Fiona Chalmers says, “It’s easy to fall down the rabbit hole of ‘we’re here, there’s so much to get through today.’ Francine always finds time to make it about the whole child–about being a good person. She makes it about the gifts God has given each of them, and how to use them.” And St. Athanasius principal Jessica Aybar agrees. When it comes to the song rehearsals Francine has led, “it’s about more than the song we are practicing. It’s the message that we’re going to give 100% effort 100% of the time, even in Mass–and Francine was doing that before we named that root belief.”
That mission drives the excellence and the continual evolution of teaching practices they use. Fiona relayed that Francine “rolls up her sleeves and has done everything that needs to be done, like get the microphones for morning assembly while I’m struggling with getting the projector on…she even refused the opportunity to have someone else set up her Google classroom” this spring when distance learning caused sudden changes in decades-long practices. “She sticks to the heart of what matters, and knows that she as a person has something to bring to it.”
Chinique Pressley agrees. “Faith. It’s about faith,” she says she learned from Mrs. Fred–not just through what she says, but through the routines and standards she sets. And Trista Rivera notes that because Mrs. Coe has been instrumental in bringing her colleagues together, now that she is retiring, “we’re going to have to bring that energy on purpose; truly live out our belief that we are made for each other…by showing loud, energetic love for others.”
The mission that their colleagues have internalized from these three women is closely tied to a sense of vocation. And that, Jessica Aybar notes, is perhaps one of the biggest differences between the way many of us come to the profession now and the drive that Francine Rogers, Blanca Fred, and Yvonne Coe convey. From the start, “it’s much more of a calling for them than many of us view it as today. Now you think, ‘I have to get a job’–and then you fall madly in love with it. It grows. They came to a place in 1978 where they steal the tires off your car while you are teaching, but you still show up. Even more than a job, it is a deep, faithful call.”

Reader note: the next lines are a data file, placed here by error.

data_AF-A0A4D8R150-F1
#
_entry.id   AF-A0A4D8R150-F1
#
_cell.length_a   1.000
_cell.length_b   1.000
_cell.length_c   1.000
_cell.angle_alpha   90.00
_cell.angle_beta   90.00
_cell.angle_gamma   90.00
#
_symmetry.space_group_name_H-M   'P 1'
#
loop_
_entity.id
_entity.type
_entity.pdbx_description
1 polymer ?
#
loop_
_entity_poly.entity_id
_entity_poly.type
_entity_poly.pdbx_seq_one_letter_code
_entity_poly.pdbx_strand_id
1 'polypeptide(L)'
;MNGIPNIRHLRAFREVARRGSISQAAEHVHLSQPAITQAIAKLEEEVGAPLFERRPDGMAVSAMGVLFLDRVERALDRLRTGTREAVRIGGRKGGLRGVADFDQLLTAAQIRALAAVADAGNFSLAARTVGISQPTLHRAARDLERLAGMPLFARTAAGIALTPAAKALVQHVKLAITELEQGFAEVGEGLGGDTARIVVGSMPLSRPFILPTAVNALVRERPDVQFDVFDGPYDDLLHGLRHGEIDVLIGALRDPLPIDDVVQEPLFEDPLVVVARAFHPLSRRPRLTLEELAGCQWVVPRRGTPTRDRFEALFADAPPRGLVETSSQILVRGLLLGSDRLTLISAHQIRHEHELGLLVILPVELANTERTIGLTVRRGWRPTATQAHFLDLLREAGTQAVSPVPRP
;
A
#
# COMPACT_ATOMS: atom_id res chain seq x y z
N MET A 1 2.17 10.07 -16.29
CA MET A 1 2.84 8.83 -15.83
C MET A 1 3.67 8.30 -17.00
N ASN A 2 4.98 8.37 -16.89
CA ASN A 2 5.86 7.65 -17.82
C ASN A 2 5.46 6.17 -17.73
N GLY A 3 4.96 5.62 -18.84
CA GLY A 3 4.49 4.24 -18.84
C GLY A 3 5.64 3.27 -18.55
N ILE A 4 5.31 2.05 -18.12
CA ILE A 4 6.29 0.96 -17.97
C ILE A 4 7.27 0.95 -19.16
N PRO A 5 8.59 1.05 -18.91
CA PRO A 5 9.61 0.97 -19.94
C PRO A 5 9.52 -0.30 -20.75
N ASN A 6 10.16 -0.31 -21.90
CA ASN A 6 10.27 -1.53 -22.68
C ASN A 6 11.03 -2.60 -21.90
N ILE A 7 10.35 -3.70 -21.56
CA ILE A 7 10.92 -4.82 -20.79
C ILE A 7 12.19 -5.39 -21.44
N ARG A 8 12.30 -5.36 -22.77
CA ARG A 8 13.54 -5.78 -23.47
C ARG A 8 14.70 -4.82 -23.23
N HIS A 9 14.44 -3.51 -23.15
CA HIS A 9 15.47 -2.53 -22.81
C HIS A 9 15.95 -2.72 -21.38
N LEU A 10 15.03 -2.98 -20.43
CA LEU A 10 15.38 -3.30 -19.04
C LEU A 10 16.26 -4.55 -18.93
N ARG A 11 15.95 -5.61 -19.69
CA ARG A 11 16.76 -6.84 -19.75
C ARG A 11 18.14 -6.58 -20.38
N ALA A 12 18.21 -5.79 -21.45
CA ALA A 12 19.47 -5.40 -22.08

This sense of calling has taken on new relevance for their colleagues this spring. Jessica says that “knowing the struggles they went through in the past helps make sense of what we are doing now–the resilience of this community.” And when Jessica faced the challenge of talking with students about the police brutality and systemic injustices at the heart of this spring’s protests, she drew on the inspiration of Francine Rogers and others who have shown her the way.
“This is our faith–that’s how much this matters to us and to the world–the social justice aspect of Catholic schools. You can talk about everything because you can talk about what’s in our hearts.” She says she learned from Francine and others who came before her at St. Athanasius that “we have to do everything we can with anything we have. These are the teachers who could have easily left, but they choose to stay with us. And why is that? It’s more than a school or a network–it’s a community.”
Our schools are indeed communities–ones that are the better today for all that Francine Rogers, Blanca Fred, and Yvonne Coe have given them, and ones that can only continue to grow by living the legacy they have handed us.